Finally, and most notably, I was not a member of the Board during the time frame discussed in your story, but I am aware that there was significant controversy over SNCF in 2010, emanating from their role in deporting French Jews to death camps during WW II. The California Legislature passed Assemblyman Bob Blumenfield’s bill (vetoed by Gov. Schwarzenegger) to have barred the company from public contracts absent an apology and compensation. Your newspaper editorialized (“Echoes of the Holocaust“) on Nov 20, 2010 that: “Particularly distressing is the fact that the apology was apparently not prompted by regret. Rather, it seems to have been spurred by the company’s desire to win multibillion- dollar high-speed rail contracts in California and Florida.”
Today’s story ignores all of that controversy in an attempt to make the High Speed Rail Authority look incompetent or worse. Yet, it shouldn’t have been hard for your reporters to find this material in the archives. After all, one of them covered the issue at the time.
California High-Speed Rail Authority
Combined with the other information I cited above, Richard’s letter makes it pretty clear that the SNCF proposal was simply not worthy of serious consideration. It also raises serious questions about why The Times chose to publish the story on the Monday after the big victory in the State Senate for HSR. It also further implicates SNCF as having sour grapes over the way their actions in the Holocaust were addressed by the state legislature and The Times editorial board.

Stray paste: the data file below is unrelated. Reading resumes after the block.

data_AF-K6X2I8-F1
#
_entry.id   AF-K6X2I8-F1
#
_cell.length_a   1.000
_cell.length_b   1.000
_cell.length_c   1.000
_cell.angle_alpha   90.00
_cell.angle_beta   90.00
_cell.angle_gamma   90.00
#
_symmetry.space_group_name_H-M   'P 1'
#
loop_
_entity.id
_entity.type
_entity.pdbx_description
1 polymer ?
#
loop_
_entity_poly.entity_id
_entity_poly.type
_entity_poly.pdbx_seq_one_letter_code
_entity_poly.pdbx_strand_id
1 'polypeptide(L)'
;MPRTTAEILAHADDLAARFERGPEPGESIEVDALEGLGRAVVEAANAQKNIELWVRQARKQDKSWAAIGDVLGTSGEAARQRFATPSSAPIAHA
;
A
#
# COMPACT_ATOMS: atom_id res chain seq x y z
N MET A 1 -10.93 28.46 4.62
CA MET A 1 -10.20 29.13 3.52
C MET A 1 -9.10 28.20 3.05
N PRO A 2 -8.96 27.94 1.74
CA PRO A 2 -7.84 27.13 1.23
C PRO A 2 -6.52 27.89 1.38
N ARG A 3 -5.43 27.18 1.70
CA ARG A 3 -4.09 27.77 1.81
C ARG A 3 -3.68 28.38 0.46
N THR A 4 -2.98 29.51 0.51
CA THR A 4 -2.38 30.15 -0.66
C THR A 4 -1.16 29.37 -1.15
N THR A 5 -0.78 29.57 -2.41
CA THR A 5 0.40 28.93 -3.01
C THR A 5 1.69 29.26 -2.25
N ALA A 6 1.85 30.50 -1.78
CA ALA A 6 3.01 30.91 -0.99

Together, this new evidence provides more confirmation that the CHSRA was right to reject SNCF’s flawed proposal. But we already had all the information we needed to know theirs was a bad idea. The purpose of high speed rail is not to provide the fastest travel time possible between SF and LA. Its purpose is not to be built as cheaply as possible. Its purpose is instead to provide the people of California with a fast, safe, affordable, reliable way to get around the state in a post-oil world. HSR’s job is to move people. That means its tracks should go where the people are. Any proposal to bypass the Central Valley metropolises via I-5 is a proposal that doesn’t meet the core values or purpose of the system and should be rejected on that basis alone. As it turns out, that wasn’t the only reason why the SNCF proposal was rejected.
Personally I would love for SNCF to come back and offer another proposal along the lines of their 2009 analysis that showed the Highway 99 corridor to be sound. SNCF has a lot to offer California high speed rail, and could certainly use the revenue. Let’s hope that if they do try again, they follow the letter and the spirit of the law.